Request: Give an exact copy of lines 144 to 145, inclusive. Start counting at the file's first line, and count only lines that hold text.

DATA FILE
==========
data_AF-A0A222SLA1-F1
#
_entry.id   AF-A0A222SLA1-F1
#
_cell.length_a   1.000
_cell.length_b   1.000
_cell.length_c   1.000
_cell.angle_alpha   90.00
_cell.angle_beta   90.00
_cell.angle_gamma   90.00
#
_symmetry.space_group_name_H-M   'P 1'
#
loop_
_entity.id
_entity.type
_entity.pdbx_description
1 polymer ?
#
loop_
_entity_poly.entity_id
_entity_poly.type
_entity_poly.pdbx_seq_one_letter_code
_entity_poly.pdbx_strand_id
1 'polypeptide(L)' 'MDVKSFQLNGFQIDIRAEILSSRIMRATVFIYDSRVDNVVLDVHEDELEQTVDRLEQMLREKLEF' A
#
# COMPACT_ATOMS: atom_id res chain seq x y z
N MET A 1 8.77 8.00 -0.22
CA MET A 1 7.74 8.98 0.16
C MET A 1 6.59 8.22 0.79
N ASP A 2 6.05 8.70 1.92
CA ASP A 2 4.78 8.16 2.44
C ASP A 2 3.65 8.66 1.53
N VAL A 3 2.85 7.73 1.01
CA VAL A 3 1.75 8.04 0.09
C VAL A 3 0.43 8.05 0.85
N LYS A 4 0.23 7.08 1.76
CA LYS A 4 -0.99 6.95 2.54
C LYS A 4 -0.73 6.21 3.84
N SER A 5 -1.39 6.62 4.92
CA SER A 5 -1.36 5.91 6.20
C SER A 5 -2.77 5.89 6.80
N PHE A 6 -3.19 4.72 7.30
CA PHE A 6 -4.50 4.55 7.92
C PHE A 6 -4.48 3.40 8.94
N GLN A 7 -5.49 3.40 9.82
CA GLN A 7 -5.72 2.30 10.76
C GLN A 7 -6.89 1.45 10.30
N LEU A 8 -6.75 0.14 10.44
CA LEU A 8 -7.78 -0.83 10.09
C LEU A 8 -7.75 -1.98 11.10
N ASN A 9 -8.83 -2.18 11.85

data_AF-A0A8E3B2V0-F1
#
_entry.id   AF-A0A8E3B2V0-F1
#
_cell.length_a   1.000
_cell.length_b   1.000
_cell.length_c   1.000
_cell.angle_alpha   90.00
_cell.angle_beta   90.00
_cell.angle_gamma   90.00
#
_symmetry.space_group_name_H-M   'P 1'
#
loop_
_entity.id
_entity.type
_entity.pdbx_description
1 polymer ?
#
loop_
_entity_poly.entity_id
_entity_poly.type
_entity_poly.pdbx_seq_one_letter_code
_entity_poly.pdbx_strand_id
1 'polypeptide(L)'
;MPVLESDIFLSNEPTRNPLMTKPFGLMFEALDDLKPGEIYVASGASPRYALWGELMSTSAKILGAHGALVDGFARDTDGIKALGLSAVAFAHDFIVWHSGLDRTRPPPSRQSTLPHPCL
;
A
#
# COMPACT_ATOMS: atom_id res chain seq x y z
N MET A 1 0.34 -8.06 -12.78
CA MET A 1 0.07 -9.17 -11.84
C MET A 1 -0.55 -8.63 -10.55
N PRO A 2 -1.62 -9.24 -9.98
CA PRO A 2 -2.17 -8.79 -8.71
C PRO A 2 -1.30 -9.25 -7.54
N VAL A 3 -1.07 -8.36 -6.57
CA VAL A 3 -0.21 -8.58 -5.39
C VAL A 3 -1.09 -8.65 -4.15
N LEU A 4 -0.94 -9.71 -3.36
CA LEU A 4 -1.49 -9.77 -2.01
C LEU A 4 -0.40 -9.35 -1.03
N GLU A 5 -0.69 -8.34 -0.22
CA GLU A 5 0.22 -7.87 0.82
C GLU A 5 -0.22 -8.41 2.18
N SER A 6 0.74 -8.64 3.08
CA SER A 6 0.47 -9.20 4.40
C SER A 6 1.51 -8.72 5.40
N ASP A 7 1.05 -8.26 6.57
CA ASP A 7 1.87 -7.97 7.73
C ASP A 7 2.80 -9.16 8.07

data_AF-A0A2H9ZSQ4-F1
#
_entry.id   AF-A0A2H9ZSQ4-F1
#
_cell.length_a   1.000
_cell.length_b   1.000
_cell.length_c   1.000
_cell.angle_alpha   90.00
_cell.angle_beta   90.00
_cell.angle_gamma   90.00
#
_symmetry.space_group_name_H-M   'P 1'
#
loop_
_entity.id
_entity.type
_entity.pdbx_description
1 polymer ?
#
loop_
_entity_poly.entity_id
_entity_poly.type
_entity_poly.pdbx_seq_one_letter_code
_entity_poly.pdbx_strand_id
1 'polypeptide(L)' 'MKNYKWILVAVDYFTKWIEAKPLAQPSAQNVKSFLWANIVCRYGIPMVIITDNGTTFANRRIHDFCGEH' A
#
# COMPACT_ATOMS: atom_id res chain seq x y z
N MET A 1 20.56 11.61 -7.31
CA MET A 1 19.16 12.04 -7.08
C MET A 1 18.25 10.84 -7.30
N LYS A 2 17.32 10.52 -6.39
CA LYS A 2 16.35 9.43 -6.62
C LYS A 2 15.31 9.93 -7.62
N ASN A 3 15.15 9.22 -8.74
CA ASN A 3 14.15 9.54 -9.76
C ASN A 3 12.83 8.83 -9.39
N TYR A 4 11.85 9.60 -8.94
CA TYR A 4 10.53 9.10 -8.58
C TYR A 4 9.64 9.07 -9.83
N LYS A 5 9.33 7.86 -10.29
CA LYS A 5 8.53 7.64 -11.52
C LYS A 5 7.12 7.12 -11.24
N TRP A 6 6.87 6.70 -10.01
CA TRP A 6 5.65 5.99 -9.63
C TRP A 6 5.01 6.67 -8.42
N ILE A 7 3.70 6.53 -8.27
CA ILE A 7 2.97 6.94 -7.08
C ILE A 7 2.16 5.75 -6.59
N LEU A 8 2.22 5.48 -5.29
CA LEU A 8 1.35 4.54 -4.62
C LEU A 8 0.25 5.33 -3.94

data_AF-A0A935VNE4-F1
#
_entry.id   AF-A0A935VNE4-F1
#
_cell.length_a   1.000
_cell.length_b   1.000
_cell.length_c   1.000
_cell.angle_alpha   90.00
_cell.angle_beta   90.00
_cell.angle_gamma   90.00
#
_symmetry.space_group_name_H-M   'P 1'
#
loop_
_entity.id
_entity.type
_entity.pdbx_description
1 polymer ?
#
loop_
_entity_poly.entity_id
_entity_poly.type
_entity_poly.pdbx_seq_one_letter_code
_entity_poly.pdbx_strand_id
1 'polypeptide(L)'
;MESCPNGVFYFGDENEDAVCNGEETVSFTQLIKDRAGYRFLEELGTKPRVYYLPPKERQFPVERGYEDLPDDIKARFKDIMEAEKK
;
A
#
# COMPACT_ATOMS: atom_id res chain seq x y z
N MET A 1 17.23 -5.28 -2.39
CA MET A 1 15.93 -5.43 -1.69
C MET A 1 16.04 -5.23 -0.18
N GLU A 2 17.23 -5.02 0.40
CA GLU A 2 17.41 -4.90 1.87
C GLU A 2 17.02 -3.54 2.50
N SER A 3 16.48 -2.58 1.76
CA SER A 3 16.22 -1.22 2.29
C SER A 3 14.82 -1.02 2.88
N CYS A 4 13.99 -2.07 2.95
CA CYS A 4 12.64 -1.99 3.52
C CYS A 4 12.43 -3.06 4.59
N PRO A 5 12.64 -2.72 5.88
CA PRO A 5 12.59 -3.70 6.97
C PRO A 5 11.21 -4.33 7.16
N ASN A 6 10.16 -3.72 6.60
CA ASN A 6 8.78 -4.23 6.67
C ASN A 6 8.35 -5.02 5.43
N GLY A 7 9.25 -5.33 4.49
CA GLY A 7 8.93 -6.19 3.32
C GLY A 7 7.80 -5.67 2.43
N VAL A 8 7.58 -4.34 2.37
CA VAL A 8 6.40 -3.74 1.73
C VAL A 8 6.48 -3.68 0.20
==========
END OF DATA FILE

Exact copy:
CA LYS A 5 8.53 7.64 -11.52
C LYS A 5 7.12 7.12 -11.24